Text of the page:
As the curtain continues to fall on the circus act the Texas Democratic runaways have been putting on for several weeks, at least one of the AWOL lawmakers is continuing to look for a legal lifeline.
The absentees have already received an unfavorable ruling from the Texas Supreme Court regarding Republican Governor Greg Abbott’s authority to veto the funding bill that provides for their payroll. Their salaries and their staff’s paychecks will end at the end of September if they have not returned to work by that time.
In response to the governor’s promise to arrest willfully absent lawmakers for compelling their attendance at a special legislative session, the runaways obtained a restraining order against Abbott from a trial court judge. That also resulted in a defeat before the Texas Supreme Court, which issued a stay against enforcing that order. The governor has since issued civil arrest warrants according to the Texas state constitution.
One of the most public of the absentees has now filed a new case. Gene Wu has sued the governor in the state 230th Criminal District Court of Harris County in an attempt to stop the civil warrant issued to compel his attendance at the capitol.
The very unusual lawsuit left Judge Chris Morton in doubt about the ultimate validity of Wu’s claims. The judge ruled that his court has jurisdiction to grant an order releasing Wu from custody if he is arrested until the court could make a final determination about the governor’s power to stop legislators and bring them into session.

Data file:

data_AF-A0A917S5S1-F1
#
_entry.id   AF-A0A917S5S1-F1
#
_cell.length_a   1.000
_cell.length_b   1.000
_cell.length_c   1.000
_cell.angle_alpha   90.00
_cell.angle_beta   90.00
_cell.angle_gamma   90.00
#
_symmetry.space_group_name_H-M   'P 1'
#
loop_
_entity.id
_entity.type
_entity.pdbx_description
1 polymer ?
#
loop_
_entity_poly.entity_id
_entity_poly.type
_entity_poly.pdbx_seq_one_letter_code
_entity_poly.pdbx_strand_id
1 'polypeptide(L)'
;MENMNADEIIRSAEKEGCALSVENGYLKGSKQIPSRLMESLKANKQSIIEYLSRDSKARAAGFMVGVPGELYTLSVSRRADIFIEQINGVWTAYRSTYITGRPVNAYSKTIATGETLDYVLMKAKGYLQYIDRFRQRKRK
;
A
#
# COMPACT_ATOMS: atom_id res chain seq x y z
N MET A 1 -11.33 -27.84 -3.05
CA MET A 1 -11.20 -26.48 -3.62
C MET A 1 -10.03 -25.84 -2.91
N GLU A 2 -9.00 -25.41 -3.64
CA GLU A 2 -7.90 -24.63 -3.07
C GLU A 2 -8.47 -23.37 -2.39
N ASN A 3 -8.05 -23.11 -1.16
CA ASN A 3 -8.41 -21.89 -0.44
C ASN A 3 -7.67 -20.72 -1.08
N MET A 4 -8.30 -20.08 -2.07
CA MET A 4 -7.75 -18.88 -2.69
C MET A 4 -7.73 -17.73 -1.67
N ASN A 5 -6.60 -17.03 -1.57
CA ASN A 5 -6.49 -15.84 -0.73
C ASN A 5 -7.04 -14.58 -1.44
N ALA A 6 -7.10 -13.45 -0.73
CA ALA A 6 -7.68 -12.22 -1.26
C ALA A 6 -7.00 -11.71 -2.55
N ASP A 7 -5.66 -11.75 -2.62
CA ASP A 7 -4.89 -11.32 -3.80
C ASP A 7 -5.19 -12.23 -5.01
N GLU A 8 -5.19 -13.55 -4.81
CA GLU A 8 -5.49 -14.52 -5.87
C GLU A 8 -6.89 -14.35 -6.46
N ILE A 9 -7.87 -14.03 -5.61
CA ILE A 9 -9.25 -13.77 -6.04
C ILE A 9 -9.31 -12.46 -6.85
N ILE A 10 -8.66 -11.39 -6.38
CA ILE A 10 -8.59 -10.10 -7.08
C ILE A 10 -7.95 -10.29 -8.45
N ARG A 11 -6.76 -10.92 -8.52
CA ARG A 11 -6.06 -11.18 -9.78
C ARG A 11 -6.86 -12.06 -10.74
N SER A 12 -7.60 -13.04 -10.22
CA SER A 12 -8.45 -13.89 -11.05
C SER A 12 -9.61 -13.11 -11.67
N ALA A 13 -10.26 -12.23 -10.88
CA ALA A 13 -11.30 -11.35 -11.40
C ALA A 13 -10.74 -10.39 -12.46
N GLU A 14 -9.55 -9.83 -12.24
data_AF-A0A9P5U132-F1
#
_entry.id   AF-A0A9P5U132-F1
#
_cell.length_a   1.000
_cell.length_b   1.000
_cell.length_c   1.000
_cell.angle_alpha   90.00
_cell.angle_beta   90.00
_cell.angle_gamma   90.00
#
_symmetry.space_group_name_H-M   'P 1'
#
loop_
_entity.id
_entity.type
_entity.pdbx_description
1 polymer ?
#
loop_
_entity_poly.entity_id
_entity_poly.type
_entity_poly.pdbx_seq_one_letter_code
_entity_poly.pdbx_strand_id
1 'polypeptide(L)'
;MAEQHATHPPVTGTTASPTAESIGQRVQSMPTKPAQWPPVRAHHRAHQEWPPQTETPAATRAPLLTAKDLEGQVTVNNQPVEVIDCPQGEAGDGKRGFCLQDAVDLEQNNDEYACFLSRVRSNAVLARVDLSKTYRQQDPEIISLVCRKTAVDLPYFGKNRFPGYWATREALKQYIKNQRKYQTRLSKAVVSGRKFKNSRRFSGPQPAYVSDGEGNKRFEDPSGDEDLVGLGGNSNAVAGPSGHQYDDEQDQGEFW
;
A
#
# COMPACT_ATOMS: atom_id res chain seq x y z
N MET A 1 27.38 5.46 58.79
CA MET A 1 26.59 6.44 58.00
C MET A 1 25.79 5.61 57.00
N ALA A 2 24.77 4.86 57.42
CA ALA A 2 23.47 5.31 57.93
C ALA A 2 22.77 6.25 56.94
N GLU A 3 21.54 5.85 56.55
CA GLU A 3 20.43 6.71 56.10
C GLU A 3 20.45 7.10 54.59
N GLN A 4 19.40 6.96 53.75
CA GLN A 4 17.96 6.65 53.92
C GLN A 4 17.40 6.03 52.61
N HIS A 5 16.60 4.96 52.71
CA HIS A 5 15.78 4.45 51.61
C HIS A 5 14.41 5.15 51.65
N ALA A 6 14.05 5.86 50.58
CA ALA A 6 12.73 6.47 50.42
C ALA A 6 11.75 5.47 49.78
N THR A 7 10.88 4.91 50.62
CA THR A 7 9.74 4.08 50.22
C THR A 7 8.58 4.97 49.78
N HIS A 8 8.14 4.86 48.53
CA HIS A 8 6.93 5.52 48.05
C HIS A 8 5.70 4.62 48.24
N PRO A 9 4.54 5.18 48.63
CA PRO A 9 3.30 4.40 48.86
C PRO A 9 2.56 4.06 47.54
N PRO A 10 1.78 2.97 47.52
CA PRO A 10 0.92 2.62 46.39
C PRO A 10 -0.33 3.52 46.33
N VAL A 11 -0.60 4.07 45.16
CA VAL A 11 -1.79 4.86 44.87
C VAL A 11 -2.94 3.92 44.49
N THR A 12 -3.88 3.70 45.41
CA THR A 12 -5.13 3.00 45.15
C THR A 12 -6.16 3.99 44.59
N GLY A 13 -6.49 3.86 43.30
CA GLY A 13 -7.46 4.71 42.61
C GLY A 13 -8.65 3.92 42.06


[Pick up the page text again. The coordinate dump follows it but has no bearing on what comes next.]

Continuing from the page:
The judge expressed uncertainty about his jurisdiction over the state legislature’s sergeant-at-arms and whether his criminal court could hear the matter at all. He told Wu’s attorneys that they should have sought the advice of the Texas Attorney General before bringing the case.
The case may take on an entirely different posture as the governor’s attorneys can respond to the point, and the state attorney general takes an official position in the matter. The Texas Supreme Court’s previous ruling placing a stay on the last restraining order is likely to carry significant weight in the new case.
While there is virtually no historical legal precedent for the current situation, Sen. Ted Cruz (R-TX) has said that he researched the same legal issue years ago and that, in his opinion, the governor has explicit authority to detain willfully absent legislators and bring them to the capitol to carry out their constitutional duties.
No further hearing has been scheduled for this latest stall tactic to delay the inevitable, although immediate responses from the named defendants are expected.